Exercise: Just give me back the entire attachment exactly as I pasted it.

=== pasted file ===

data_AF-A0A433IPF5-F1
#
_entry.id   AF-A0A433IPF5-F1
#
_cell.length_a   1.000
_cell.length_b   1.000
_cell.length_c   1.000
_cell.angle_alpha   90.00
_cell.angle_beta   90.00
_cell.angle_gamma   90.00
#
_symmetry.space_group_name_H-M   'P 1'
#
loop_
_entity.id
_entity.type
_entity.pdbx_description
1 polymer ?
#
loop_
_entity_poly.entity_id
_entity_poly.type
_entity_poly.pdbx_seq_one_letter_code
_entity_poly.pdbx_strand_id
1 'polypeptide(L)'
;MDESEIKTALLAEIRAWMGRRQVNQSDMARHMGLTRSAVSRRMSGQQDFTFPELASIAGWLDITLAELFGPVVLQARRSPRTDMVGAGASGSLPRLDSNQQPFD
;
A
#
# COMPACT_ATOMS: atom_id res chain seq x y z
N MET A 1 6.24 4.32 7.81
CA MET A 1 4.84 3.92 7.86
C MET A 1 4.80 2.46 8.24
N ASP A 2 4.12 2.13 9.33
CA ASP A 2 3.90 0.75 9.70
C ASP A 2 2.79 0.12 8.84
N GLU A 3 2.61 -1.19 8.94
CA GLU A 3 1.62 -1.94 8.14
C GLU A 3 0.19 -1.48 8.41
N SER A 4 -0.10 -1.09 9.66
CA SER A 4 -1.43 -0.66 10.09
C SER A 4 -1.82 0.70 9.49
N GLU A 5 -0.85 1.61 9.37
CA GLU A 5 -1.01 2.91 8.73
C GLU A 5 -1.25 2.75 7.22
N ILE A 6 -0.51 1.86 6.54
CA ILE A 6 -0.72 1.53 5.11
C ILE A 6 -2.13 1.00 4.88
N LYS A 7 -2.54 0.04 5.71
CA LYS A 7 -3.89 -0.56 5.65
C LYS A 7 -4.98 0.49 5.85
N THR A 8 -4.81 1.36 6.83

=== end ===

data_AF-A0A433IPF5-F1
#
_entry.id   AF-A0A433IPF5-F1
#
_cell.length_a   1.000
_cell.length_b   1.000
_cell.length_c   1.000
_cell.angle_alpha   90.00
_cell.angle_beta   90.00
_cell.angle_gamma   90.00
#
_symmetry.space_group_name_H-M   'P 1'
#
loop_
_entity.id
_entity.type
_entity.pdbx_description
1 polymer ?
#
loop_
_entity_poly.entity_id
_entity_poly.type
_entity_poly.pdbx_seq_one_letter_code
_entity_poly.pdbx_strand_id
1 'polypeptide(L)'
;MDESEIKTALLAEIRAWMGRRQVNQSDMARHMGLTRSAVSRRMSGQQDFTFPELASIAGWLDITLAELFGPVVLQARRSPRTDMVGAGASGSLPRLDSNQQPFD
;
A
#
# COMPACT_ATOMS: atom_id res chain seq x y z
N MET A 1 6.24 4.32 7.81
CA MET A 1 4.84 3.92 7.86
C MET A 1 4.80 2.46 8.24
N ASP A 2 4.12 2.13 9.33
CA ASP A 2 3.90 0.75 9.70
C ASP A 2 2.79 0.12 8.84
N GLU A 3 2.61 -1.19 8.94
CA GLU A 3 1.62 -1.94 8.14
C GLU A 3 0.19 -1.48 8.41
N SER A 4 -0.10 -1.09 9.66
CA SER A 4 -1.43 -0.66 10.09
C SER A 4 -1.82 0.70 9.49
N GLU A 5 -0.85 1.61 9.37
CA GLU A 5 -1.01 2.91 8.73
C GLU A 5 -1.25 2.75 7.22
N ILE A 6 -0.51 1.86 6.54
CA ILE A 6 -0.72 1.53 5.11
C ILE A 6 -2.13 1.00 4.88
N LYS A 7 -2.54 0.04 5.71
CA LYS A 7 -3.89 -0.56 5.65
C LYS A 7 -4.98 0.49 5.85
N THR A 8 -4.81 1.36 6.83